This past weekend in Saint-Laurent’s gym has put the ever changing landscape surrounding Canadian basketball into perspective while in attendance for Quebec’s High School Championship. It has been known for years that Quebec has a rich basketball culture and has developed several notable NBA, NCAA and CIS talents on both the mens and womens side, yet the talent witnessed in this tournament was mind boggling.
Some recent notables from Quebec include; Khem Birch (NBA D-League), Kenny Cherry (Baylor), Nirra Fields (UCLA) and Jennifer Mathurin (NC State).
After having watched high school and university basketball all over the country, the top two provinces that are clearly on top are; Ontario at number one and Quebec at number two. The past three days have confirmed that it could go either way.
The rate at which Quebec is catching up should be alarming for Ontario. They have a richer and more community based culture which is created by these type of competitions.
The event was put on by Saint-Laurent, who hosted mens and womens teams at midget (grade 8-9) and juvenile levels (grade 10-11). From the competition level, the energy from the crowd, the intensity of the players to coaching and thorough statistics, the event was a major success.
Credit to Daniel Lacasse, who is the vice-principal as well as head coach of the women’s team; he played the lead role in organizing festivities. From his coaching one can tell that he demands a level of excellence from his players, supporting staff, as well as himself.
The high school program at St-Laurent in Montreal is doing everything in it’s power to ensure that the cycle of success in basketball and life after continues with the next young crop.
Saint-Laurent went on to win Championships for the Boys Midget Division as well as the Girls Juvenile Division.
This was the girls seventh consecutive Provincial Championship. Seven in a row, now that is dominance. This doesn’t happen by accident, they’re doing something right here.
“We run summer camps and have a great development program with a strong coaching staff that works with the kids year round. We give them the chance to put in the work and they have been taking the opportunity, explained Coach Lacasse.”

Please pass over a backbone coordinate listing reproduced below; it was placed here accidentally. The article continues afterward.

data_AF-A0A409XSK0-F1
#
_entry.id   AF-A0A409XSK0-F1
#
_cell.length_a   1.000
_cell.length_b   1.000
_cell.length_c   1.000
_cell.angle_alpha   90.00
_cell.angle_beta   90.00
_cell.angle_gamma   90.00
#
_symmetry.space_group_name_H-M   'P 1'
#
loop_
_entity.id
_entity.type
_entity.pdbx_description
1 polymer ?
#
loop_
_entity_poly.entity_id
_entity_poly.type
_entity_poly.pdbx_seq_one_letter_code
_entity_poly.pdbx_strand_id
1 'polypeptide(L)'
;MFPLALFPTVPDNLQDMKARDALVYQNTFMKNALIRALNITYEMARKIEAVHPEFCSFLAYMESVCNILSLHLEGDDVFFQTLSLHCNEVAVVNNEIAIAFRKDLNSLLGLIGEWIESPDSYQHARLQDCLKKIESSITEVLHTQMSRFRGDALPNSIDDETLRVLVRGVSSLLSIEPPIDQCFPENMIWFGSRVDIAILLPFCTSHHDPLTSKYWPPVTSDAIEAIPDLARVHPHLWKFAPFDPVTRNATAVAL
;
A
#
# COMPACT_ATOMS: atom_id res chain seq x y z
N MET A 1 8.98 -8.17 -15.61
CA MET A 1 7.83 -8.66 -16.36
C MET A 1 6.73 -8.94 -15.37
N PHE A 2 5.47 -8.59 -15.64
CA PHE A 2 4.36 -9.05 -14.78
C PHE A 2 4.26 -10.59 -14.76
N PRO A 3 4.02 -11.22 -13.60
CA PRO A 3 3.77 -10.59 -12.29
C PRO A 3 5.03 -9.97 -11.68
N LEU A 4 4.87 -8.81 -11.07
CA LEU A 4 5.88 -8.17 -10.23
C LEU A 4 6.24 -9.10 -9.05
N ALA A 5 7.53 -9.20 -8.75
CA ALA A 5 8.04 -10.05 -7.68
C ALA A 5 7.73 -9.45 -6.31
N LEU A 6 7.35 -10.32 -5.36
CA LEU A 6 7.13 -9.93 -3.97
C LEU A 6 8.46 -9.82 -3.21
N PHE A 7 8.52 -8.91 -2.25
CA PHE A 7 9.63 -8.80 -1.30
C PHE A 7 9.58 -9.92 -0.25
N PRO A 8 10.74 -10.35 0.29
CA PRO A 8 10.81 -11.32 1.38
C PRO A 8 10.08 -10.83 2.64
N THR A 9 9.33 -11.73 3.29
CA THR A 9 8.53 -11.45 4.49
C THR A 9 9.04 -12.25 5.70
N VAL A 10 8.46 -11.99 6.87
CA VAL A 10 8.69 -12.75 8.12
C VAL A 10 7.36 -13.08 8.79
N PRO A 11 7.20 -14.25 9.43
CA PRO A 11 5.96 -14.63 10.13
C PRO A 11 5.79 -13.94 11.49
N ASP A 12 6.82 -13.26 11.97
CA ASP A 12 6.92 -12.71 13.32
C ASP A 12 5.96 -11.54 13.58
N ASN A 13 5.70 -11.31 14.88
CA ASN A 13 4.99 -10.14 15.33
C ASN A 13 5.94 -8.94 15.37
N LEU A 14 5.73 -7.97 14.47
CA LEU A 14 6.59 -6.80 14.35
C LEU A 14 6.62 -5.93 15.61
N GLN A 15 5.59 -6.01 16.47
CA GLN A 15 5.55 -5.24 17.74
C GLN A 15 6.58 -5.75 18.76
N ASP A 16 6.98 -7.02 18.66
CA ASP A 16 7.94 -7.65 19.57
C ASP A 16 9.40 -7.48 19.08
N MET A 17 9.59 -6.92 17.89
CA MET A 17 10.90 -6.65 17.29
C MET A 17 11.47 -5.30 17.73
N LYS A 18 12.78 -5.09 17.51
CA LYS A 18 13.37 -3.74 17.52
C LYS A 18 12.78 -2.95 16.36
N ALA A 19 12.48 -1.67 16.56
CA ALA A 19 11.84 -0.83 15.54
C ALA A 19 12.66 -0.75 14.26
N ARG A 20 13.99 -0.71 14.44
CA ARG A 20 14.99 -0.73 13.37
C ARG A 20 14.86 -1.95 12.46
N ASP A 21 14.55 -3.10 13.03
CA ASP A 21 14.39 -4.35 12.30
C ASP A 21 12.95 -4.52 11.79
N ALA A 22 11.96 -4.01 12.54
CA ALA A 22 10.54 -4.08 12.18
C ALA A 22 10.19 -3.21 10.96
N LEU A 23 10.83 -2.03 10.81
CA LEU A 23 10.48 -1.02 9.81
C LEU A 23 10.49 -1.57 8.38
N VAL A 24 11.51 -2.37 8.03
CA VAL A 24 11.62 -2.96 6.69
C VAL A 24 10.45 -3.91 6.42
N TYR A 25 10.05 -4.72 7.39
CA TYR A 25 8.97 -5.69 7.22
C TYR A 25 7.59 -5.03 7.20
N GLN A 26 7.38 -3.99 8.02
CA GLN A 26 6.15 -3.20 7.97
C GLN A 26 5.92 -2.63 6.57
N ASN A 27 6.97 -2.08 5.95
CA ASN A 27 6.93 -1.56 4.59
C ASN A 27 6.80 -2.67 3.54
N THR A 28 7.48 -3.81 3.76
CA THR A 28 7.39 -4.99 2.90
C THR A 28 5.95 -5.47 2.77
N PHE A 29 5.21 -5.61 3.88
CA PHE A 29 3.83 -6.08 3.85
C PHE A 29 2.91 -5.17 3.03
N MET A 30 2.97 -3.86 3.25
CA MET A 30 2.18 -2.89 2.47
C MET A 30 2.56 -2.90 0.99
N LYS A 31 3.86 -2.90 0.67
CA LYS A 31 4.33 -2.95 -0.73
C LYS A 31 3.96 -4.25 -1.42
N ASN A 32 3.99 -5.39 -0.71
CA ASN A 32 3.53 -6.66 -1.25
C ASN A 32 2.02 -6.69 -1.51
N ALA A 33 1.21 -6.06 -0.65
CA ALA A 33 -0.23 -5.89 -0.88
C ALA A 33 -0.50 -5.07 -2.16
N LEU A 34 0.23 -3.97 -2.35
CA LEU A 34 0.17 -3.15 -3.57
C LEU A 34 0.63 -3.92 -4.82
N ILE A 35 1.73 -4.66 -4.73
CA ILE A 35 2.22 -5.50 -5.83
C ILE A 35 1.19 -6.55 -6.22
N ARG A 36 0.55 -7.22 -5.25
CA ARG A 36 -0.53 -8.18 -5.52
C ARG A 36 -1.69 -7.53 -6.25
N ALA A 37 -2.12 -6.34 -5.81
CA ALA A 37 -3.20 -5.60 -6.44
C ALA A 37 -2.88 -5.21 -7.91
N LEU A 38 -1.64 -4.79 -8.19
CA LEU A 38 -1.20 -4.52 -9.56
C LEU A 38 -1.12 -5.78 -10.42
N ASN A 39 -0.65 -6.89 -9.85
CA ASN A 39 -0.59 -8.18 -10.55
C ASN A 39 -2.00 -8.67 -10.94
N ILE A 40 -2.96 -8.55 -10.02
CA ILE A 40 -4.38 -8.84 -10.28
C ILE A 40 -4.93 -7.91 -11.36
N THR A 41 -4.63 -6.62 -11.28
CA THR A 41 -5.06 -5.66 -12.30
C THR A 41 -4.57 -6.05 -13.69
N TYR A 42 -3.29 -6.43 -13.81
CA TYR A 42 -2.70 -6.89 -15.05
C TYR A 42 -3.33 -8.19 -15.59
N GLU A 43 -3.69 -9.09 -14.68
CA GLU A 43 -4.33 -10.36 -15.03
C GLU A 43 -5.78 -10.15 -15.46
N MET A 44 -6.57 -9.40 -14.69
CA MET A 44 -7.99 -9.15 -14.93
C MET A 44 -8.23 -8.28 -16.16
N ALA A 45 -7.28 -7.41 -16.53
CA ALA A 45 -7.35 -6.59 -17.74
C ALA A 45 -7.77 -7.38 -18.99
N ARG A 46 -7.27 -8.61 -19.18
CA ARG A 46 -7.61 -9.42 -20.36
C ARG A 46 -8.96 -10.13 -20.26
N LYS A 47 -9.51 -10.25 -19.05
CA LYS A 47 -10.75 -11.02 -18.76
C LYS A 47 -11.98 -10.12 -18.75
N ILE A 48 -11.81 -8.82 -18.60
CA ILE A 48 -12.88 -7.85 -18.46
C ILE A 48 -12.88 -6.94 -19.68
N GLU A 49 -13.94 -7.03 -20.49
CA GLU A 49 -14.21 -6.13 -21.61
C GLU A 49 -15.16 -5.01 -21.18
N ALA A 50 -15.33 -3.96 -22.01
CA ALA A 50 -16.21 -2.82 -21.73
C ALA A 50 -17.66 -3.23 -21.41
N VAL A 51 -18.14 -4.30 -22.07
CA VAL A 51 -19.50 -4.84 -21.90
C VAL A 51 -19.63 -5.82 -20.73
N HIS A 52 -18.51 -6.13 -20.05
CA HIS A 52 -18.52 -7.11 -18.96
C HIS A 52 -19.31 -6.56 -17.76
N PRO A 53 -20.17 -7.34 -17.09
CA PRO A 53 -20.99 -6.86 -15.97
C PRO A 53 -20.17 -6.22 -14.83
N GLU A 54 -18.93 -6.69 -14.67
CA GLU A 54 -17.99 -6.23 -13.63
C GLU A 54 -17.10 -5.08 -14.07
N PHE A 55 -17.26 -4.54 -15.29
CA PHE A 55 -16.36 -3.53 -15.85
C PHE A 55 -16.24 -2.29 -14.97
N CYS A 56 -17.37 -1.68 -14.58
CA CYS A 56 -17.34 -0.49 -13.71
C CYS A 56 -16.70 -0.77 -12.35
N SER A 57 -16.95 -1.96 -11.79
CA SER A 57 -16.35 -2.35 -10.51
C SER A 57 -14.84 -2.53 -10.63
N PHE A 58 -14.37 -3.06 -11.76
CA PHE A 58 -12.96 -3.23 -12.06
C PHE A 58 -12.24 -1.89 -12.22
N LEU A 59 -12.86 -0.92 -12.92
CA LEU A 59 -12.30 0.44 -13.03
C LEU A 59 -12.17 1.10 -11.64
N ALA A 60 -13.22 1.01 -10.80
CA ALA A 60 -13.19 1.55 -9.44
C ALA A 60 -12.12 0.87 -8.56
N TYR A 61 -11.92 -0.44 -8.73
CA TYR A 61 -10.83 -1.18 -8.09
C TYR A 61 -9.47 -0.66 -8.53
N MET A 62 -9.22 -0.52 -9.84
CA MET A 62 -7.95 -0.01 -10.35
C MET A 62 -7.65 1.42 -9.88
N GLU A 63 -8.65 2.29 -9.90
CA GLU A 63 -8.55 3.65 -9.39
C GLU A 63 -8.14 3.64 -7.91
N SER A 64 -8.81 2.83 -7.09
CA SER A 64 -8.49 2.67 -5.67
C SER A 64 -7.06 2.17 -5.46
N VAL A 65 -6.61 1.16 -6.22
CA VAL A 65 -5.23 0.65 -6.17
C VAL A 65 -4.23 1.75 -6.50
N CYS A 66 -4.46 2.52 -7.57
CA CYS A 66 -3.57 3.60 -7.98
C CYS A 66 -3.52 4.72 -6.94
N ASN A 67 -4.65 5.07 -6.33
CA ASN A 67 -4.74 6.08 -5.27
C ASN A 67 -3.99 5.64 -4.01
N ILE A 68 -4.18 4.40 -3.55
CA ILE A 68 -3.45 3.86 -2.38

Coach Lacasse is tough on his student-athletes, demanding a high level of attention to detail and a focus on accountability.
The standard is the same whether I was speaking to Coach Mathieu Chenier of the Midget Boys team or Head Coach of the Juvenile Boys Akram Sleiman.
Coach Lacasse continued, “I’ve been here for 14 years, and we’ve always had good players. When I started there were some really good players that weren’t taking school seriously enough, they started to get recruited and then fell off the map because of academics. We want to address academics before sports so that this never happens again. Every player leaving here must graduate with a good academic standing.”
Knowing all this information about the process in player and personal development gives prospects at this school a higher chance at being recruited. In a scout or coach’s position it entices them to track these prospects.
There were a few programs in this tournament who held the same standard to their players, meaning there is a good chunk of the player population that was discovered this past weekend that will enter NPH National Rankings.
It was refreshing to receive a humble approach from the coaches and players for the exposure that they received. Quebec is not used to the media attention that Ontario gets.
As harsh as it sounds, it true, Ontario prospects are spoiled with opportunity and often carry the body language that says they’re entitled to exposure.
In my past four visits to Montreal, I did not get that feeling. The majority of these prospects go about their business with the same facial expression, same intensity and respect for the game.
North Pole Hoops will be making trips to Quebec more frequently; the talent is there, the culture is there and most importantly the respect for the game in it’s purest form.